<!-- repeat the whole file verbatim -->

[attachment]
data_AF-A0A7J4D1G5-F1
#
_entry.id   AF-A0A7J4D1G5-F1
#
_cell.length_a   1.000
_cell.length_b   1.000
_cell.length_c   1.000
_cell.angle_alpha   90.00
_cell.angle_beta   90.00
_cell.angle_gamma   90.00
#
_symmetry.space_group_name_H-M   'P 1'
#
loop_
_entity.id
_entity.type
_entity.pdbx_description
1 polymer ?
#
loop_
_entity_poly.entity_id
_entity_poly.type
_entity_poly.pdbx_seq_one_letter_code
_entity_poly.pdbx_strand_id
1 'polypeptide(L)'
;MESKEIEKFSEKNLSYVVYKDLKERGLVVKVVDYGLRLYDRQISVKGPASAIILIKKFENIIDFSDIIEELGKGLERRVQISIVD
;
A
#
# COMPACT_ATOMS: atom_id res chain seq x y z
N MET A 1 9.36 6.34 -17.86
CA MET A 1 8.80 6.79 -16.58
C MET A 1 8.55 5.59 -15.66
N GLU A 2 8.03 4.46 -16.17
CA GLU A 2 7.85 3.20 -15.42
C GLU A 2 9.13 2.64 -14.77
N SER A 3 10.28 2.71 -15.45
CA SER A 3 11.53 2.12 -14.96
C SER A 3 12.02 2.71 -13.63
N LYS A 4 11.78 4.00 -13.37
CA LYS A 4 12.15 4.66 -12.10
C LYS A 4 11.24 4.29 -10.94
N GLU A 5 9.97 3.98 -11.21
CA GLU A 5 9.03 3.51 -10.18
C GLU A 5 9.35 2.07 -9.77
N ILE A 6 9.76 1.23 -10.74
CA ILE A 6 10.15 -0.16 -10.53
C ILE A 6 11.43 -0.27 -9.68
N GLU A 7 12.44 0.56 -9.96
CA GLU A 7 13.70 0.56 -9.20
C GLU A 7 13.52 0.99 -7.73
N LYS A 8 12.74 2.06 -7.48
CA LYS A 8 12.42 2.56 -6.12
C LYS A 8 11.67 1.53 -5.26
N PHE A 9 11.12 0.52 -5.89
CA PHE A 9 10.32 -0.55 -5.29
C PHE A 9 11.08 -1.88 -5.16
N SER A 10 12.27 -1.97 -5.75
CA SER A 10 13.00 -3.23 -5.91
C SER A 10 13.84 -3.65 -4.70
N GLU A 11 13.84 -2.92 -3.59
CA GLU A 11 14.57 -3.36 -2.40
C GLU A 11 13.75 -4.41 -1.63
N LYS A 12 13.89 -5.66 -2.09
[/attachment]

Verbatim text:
data_AF-A0A7J4D1G5-F1
#
_entry.id   AF-A0A7J4D1G5-F1
#
_cell.length_a   1.000
_cell.length_b   1.000
_cell.length_c   1.000
_cell.angle_alpha   90.00
_cell.angle_beta   90.00
_cell.angle_gamma   90.00
#
_symmetry.space_group_name_H-M   'P 1'
#
loop_
_entity.id
_entity.type
_entity.pdbx_description
1 polymer ?
#
loop_
_entity_poly.entity_id
_entity_poly.type
_entity_poly.pdbx_seq_one_letter_code
_entity_poly.pdbx_strand_id
1 'polypeptide(L)'
;MESKEIEKFSEKNLSYVVYKDLKERGLVVKVVDYGLRLYDRQISVKGPASAIILIKKFENIIDFSDIIEELGKGLERRVQISIVD
;
A
#
# COMPACT_ATOMS: atom_id res chain seq x y z
N MET A 1 9.36 6.34 -17.86
CA MET A 1 8.80 6.79 -16.58
C MET A 1 8.55 5.59 -15.66
N GLU A 2 8.03 4.46 -16.17
CA GLU A 2 7.85 3.20 -15.42
C GLU A 2 9.13 2.64 -14.77
N SER A 3 10.28 2.71 -15.45
CA SER A 3 11.53 2.12 -14.96
C SER A 3 12.02 2.71 -13.63
N LYS A 4 11.78 4.00 -13.37
CA LYS A 4 12.15 4.66 -12.10
C LYS A 4 11.24 4.29 -10.94
N GLU A 5 9.97 3.98 -11.21
CA GLU A 5 9.03 3.51 -10.18
C GLU A 5 9.35 2.07 -9.77
N ILE A 6 9.76 1.23 -10.74
CA ILE A 6 10.15 -0.16 -10.53
C ILE A 6 11.43 -0.27 -9.68
N GLU A 7 12.44 0.56 -9.96
CA GLU A 7 13.70 0.56 -9.20
C GLU A 7 13.52 0.99 -7.73
N LYS A 8 12.74 2.06 -7.48
CA LYS A 8 12.42 2.56 -6.12
C LYS A 8 11.67 1.53 -5.26
N PHE A 9 11.12 0.52 -5.89
CA PHE A 9 10.32 -0.55 -5.29
C PHE A 9 11.08 -1.88 -5.16
N SER A 10 12.27 -1.97 -5.75
CA SER A 10 13.00 -3.23 -5.91
C SER A 10 13.84 -3.65 -4.70
N GLU A 11 13.84 -2.92 -3.59
CA GLU A 11 14.57 -3.36 -2.40
C GLU A 11 13.75 -4.41 -1.63
N LYS A 12 13.89 -5.66 -2.09